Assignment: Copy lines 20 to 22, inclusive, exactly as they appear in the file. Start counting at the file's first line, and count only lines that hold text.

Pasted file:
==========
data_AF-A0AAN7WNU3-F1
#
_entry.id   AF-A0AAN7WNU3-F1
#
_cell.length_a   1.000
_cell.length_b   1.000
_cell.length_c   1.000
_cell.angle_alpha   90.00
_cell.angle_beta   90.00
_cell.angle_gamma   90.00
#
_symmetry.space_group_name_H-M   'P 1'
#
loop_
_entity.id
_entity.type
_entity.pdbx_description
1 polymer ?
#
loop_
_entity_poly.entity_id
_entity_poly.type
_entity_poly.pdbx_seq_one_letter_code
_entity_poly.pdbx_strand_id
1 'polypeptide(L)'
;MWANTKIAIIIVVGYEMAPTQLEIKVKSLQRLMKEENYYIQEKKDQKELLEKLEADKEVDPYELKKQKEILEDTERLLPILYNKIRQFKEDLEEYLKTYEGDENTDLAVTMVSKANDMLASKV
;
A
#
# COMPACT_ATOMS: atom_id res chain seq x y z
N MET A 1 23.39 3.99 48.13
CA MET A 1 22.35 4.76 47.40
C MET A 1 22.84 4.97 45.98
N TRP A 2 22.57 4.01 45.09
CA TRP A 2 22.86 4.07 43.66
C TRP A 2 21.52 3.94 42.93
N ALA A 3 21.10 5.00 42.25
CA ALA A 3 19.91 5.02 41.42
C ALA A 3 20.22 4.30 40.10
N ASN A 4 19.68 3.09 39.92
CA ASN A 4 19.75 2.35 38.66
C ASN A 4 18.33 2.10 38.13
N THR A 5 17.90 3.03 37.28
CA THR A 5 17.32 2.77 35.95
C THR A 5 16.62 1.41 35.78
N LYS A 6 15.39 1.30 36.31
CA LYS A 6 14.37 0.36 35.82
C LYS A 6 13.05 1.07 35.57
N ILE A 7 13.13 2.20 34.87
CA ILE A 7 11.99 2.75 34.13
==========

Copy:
loop_
_entity_poly.entity_id
_entity_poly.type